So, I did something big last week. I gave a mother f'ing TED talk.
The journey to getting to the famed "red circle" was absolutely crazy, and having the opportunity to give my talk and spread my message with the world was even crazier. Despite the fact that I gave my talk over a week ago now, and that everything has been wrapped up, I still can't believe it happened. I still can't believe I gave an actual TED talk. This wasn't any "mock" TED event, nor was this just another school assignment. This was a genuine TEDx, hosted by TED. This event was on their world map of TED events, and the TED executives even tuned in live to watch the talks. It was the absolute real deal.
And I still can't even believe it.
This whole thing started last February (2017) during one of my English classes. My professor had announced that my tiny community college in the far East Bay had finally been able to secure a TEDx license, after years of rejection, and that they were going to host their first event this fall. My ears immediately perked up at the sound of that. I'd grown up watching TED talks with my dad, and it was always a secret dream of mine to give one, one day. I approached my professor after class and asked (well, kind of begged, to be honest) for him to give me more information. He said he would be submitting names of the students whom he felt would be the most adept to give talks at the end of the semester, and that he would "evaluate" us all and see. If he felt we were fit, he'd submit our names and emails to the professors managing the event, and we'd go from there.
Not to toot my own horn or anything, but I ended up being his favorite student by the end of that semester. We had so many interested conversations on real-world topics, and I purposely made an effort to raise my hand several times every class, in order to prove that I had something intelligent to add to the conversation (let's face it, though: when you're in a class talking about police brutality and feminism, how can you hold yourself back from saying something?!). Whenever he brought up TED, I would remind him that I was interested, and we'd sit and talk about potential topics and ideas. Finally, in about mid-April, he decided to submit my name for consideration, and I received an email a few days later regarding an informational meeting.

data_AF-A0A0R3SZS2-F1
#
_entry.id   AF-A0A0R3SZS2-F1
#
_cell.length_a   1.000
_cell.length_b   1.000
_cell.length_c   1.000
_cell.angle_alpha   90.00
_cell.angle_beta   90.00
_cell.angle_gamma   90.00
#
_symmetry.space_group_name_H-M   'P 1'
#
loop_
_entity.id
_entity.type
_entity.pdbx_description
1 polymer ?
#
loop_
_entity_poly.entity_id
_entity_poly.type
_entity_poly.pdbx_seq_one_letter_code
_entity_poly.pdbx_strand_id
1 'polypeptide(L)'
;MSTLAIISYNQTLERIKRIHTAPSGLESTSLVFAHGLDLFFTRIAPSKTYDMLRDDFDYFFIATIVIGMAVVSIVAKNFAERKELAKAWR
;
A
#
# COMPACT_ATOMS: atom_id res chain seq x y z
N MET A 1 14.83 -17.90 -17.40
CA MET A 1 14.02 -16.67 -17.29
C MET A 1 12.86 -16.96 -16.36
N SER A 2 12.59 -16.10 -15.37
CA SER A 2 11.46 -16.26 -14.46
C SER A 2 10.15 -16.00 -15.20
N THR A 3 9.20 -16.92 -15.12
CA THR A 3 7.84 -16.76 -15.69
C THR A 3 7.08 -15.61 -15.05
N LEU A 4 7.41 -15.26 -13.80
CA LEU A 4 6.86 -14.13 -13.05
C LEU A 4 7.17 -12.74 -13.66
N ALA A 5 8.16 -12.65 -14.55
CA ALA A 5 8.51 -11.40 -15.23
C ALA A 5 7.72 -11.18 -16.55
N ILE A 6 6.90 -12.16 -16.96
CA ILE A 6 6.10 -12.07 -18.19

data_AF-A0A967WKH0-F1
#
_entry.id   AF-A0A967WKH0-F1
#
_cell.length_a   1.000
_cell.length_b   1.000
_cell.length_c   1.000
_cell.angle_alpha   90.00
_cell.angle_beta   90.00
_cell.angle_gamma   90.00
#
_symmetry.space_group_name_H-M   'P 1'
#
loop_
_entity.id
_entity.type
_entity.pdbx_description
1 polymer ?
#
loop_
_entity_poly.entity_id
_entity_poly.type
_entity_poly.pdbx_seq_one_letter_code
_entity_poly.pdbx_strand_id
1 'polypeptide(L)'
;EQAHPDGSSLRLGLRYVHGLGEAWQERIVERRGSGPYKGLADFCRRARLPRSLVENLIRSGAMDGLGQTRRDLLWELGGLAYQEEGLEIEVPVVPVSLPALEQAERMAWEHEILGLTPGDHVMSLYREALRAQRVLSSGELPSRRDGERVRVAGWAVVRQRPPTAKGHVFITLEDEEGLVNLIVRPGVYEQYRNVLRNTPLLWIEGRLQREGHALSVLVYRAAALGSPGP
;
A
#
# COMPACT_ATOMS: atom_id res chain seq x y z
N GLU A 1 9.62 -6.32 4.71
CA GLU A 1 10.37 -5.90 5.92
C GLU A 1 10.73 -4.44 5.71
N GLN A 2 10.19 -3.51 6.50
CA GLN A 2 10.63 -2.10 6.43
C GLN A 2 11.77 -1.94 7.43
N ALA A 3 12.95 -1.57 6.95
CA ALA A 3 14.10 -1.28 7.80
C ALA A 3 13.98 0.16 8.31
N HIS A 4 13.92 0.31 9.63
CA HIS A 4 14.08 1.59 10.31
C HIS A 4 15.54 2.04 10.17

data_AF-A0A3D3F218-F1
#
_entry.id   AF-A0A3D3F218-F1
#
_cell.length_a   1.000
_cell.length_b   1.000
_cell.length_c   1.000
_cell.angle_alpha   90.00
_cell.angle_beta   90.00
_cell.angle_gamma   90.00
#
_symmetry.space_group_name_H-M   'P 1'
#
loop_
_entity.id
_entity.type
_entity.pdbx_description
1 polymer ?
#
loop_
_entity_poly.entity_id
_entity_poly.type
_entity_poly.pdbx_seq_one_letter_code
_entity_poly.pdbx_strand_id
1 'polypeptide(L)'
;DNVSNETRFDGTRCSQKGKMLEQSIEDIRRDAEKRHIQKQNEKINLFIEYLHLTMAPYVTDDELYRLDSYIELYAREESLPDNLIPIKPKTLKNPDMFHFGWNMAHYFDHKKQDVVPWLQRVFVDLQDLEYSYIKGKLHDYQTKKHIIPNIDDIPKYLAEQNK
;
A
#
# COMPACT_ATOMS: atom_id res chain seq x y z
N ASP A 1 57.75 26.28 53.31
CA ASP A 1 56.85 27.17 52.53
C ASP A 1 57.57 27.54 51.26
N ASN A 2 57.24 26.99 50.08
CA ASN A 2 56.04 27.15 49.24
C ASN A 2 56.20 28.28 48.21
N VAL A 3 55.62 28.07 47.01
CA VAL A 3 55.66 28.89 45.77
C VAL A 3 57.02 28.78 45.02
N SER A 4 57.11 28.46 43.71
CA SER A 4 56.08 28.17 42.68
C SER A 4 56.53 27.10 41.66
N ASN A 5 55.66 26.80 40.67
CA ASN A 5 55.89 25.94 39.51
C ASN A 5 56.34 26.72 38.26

Myself, along with several others, met up with two amazing ladies just a few days later, and went over everything that it takes to bring a TED talk to life, and spread your "idea worth sharing". These ladies ended up becoming our "coaches" for the next few months, and from April through just two weeks ago, we had meetings almost weekly to discuss topics, bounce around ideas, prepare for the looming applications and auditions. This whole time, I told nobody (except my parents and my friend Lauren) what I was doing. I didn't want to get anyone excited for me, in case I wasn't selected after all. So, I worked in silence, spending the entire summer fleshing out my speech, and telling nobody what I was doing in the process.